Lawyers for Remington Arms, the now-bankrupt gun-maker being sued by nine families of those killed in the 2012 mass shooting at Sandy Hook Elementary School in Newtown, Conn., have subpoenaed the academic, attendance and disciplinary records for five slain students.
In response, attorneys for the families of the five students and four educators killed on Dec. 14, 2012, who have filed suit, asked the court on Thursday to seal their confidential records, the Connecticut Post reports.
Remington also requested employment files for the educators whose families are involved in the case, according to the Hartford Courant.
Adam Lanza killed 26 people — 20 children and six adults — at the school before killing himself. Earlier, he had killed his mother at their home. The massacre ranks among the worst school shootings in U.S. history.
The families sued Remington for wrongful death, accusing it of having recklessly marketed the military-grade Bushmaster to civilians. Remington has argued that the Bushmaster is a legal firearm and that the sale of the one used in the school shooting to Lanza's mother was legal.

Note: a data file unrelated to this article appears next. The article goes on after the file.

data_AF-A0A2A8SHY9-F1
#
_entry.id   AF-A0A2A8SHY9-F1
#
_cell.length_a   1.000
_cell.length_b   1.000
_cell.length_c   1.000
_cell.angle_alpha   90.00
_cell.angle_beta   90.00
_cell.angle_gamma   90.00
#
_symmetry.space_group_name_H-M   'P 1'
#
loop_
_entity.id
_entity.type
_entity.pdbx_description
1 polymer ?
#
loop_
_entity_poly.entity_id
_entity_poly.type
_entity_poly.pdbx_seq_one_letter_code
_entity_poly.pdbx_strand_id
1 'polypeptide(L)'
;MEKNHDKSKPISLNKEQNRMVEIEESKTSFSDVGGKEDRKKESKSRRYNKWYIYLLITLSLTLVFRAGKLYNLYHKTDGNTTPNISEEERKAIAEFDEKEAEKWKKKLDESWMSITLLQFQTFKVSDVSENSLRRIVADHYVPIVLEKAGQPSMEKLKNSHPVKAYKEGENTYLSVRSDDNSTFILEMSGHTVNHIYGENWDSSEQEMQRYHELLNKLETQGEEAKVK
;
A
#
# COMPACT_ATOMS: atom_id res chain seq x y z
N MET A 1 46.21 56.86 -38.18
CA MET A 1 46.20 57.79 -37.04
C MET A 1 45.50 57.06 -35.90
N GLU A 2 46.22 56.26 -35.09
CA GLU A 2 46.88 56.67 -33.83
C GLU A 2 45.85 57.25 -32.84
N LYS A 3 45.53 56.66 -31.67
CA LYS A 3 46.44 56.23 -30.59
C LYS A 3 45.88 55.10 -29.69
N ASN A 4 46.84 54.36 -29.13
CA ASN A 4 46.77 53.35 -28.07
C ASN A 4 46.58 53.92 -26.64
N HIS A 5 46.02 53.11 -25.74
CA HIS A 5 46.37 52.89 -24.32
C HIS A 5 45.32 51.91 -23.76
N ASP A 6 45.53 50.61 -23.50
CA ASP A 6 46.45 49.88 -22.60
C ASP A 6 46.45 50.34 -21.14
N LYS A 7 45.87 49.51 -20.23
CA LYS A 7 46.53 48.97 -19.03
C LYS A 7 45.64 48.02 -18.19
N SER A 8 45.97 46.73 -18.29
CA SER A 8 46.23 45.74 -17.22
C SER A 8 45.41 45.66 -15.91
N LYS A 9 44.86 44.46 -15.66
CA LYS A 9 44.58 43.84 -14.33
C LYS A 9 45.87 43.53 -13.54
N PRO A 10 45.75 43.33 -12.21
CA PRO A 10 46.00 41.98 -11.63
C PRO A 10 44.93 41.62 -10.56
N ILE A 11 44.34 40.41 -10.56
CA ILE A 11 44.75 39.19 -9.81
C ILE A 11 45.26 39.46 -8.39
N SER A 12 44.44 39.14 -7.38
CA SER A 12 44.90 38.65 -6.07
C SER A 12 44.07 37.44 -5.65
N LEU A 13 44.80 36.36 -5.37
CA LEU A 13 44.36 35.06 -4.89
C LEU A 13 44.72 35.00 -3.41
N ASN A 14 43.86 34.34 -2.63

NPR received no immediate response for comment from Remington, nor from a lawyer representing the company.
The families' lead attorney, Joshua Koskoff, said Remington's subpoenas covered the kindergarten and first-grade records for the five student victims whose families are suing — Jesse Lewis, Daniel Barden, Dylan Hockley, Benjamin Wheeler and Noah Pozner, the Courant reports.
Koskoff said there was "no explanation" for the decision by Remington to seek the records. "The records cannot possibly excuse Remington's egregious marketing conduct, or be of any assistance in estimating the catastrophic damages in this case," he said, according to the Post. "The only relevant part of their attendance records is that they were at their desks on December 14, 2012."
In a motion, Koskoff asked presiding Judge Barbara Bellis to expand a confidentiality order issued previously to cover the records, calling Remington's subpoenas an irrelevant invasion of privacy, according to the Courant.
In July, Remington offered a $33 million settlement. The plaintiffs have yet to respond to the offer, the Post says.